Common examples of network selection parameters include, without limitation: Public Land Mobile Network Selector (PLMNSel), Forbidden PLMN (FPLMN), Home PLMN (HPLMN), etc.

Common examples of identification information include, without limitation: International Mobile Subscriber Identity (IMSI), Integrated Circuit Card ID (ICCID), Temporary Mobile Subscriber Identity (TMSI), Packet TMSI (P-TMSI), and Mobile Subscriber Integrated Services Digital Network Number (MSISDN).

Typical operator data may include, for example: Operator controlled PLMN (OPLMN) list SPN (Service Provider Name), PLMN Network Name (PNN) for name display, Emergency Control Center (ECC) for emergency calls, and other call categories, etc.

Examples of application data include, without limitation, the SIM Application Toolkit (STK) (e.g., Roaming Broker, Enhanced Network Selection (ENS), International Mobile Equipment Identity (IMEI) change applications, etc.)

Prior Art Authentication Procedures

As a brief aside, FIG. 1 illustrates a typical prior art Authentication and Key Agreement (AKA) procedure 100 in the exemplary context of a UMTS cellular system. During normal authentication procedures, the UE 102 acquires the International Mobile Subscriber Identifier (IMSI) from the USIM 104. The UE passes it to the Serving Network (SN) 106 of the network operator or the visited core network. The SN forwards the authentication request to the AuC 108 of the Home Network (HN). The HN compares the received IMSI with the AuC's registry and obtains the appropriate K. The HN generates a random number (RAND) and signs it with K using an algorithm to create the expected response (XRES). The HN further generates a Cipher Key (CK) and an Integrity Key (IK) for use in cipher and integrity protection as well as an Authentication Token (AUTN) using various algorithms. The HN sends an authentication vector, consisting of the RAND, XRES, CK, and AUTN to the SN. The SN stores the authentication vector only for use in a one-time authentication process. The SN passes the RAND and AUTN to the UE.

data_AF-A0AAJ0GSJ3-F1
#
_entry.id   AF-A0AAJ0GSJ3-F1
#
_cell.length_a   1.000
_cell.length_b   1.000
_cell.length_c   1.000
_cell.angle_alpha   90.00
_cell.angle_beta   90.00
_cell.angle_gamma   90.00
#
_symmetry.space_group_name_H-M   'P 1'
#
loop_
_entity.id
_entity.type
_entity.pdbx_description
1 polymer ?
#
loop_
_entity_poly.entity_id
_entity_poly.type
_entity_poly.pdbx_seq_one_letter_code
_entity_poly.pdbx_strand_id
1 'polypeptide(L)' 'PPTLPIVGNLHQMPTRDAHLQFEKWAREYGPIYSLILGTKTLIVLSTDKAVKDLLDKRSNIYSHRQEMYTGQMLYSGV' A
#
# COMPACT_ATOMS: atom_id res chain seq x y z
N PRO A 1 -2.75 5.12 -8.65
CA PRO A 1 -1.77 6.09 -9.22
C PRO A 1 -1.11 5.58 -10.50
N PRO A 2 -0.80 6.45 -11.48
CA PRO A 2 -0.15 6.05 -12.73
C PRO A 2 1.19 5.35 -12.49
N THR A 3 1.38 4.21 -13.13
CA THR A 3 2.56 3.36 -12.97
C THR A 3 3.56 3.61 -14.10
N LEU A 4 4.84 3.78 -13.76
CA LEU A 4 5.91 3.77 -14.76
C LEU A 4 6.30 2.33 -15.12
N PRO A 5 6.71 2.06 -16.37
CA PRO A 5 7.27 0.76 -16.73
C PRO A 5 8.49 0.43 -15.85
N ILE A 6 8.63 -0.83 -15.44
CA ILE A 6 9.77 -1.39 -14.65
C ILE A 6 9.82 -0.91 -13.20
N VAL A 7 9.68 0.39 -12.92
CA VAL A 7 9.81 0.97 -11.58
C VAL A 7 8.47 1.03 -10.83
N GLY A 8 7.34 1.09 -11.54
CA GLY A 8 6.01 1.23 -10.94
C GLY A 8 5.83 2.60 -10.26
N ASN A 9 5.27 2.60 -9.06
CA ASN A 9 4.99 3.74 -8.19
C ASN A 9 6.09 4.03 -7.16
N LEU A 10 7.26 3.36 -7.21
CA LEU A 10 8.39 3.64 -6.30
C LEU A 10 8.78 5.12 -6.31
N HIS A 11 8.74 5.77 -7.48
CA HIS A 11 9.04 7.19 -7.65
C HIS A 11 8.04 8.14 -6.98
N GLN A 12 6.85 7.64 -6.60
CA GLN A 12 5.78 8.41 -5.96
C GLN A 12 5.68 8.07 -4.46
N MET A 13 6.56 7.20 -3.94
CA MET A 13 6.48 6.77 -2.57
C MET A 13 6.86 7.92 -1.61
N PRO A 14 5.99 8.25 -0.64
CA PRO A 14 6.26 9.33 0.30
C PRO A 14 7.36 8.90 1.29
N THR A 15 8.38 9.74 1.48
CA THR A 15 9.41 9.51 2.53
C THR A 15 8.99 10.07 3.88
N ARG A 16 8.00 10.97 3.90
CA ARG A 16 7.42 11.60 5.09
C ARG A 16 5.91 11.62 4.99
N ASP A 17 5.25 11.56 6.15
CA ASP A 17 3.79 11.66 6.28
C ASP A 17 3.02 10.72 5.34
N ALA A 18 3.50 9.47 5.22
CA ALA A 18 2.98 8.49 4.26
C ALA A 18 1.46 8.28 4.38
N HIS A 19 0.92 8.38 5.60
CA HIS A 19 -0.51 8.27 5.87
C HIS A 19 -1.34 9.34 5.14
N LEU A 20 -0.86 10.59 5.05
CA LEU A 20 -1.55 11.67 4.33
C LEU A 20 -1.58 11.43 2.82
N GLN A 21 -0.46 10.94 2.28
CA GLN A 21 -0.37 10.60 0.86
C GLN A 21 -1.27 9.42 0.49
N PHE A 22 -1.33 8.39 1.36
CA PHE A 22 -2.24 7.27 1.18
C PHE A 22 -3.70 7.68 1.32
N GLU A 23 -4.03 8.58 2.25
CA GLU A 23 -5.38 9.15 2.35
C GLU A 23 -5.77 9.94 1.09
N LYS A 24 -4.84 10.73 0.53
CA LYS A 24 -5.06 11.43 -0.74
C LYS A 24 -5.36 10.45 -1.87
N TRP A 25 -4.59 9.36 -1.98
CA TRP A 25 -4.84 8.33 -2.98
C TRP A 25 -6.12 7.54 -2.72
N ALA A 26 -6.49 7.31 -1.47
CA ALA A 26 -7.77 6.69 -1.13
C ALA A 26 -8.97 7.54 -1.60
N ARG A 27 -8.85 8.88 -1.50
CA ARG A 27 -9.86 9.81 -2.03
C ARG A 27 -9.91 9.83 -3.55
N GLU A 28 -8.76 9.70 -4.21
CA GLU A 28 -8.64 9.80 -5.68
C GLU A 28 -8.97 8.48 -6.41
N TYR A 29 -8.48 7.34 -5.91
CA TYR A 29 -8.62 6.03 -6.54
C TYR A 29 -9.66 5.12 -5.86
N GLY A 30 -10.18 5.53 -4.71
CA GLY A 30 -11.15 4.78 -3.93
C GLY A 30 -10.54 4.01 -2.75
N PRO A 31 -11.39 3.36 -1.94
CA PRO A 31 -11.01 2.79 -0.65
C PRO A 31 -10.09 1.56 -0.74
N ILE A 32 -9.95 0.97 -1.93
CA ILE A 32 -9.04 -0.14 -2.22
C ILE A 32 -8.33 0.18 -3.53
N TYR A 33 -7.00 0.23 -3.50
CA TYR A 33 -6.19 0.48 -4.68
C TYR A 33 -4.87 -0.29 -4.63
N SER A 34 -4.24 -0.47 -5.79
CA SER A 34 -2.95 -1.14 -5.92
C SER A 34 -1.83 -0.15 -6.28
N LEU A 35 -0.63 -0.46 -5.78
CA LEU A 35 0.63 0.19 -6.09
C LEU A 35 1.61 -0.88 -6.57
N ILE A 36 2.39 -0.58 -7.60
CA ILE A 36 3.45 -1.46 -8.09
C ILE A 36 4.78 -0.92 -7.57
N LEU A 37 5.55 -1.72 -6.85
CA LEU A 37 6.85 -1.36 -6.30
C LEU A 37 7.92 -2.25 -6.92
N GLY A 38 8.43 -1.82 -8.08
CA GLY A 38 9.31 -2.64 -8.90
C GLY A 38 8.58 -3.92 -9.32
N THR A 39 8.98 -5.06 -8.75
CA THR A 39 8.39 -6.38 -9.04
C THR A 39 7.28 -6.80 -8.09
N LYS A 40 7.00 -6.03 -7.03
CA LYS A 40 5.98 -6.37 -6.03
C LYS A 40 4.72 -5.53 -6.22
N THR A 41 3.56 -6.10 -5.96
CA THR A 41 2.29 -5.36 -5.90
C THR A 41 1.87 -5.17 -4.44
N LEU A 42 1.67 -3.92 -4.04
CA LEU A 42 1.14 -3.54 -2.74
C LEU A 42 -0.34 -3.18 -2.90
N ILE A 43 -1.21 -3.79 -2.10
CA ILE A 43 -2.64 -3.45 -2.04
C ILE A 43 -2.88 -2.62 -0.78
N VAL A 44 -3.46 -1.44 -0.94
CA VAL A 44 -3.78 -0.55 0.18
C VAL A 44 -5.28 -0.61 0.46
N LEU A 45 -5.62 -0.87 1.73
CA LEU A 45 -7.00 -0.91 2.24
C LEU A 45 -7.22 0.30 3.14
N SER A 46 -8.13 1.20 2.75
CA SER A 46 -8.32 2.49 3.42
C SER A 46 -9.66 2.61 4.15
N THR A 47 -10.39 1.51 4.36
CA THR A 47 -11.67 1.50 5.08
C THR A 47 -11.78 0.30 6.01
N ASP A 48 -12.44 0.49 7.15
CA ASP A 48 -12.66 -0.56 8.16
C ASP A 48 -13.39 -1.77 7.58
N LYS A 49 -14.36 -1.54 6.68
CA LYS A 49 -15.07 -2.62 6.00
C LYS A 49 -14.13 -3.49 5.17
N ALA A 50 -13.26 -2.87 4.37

Once the UE 102 receives the RAND and AUTN, the USIM 104 verifies if the received AUTN is valid. If so, the UE uses the received RAND to compute its own response (RES) using the stored K and the same algorithm that generated the XRES. The UE passes the RES back to the SN. The SN 106 compares the XRES to the received RES and if they match, the SN authorizes the UE to use the operator's wireless network services.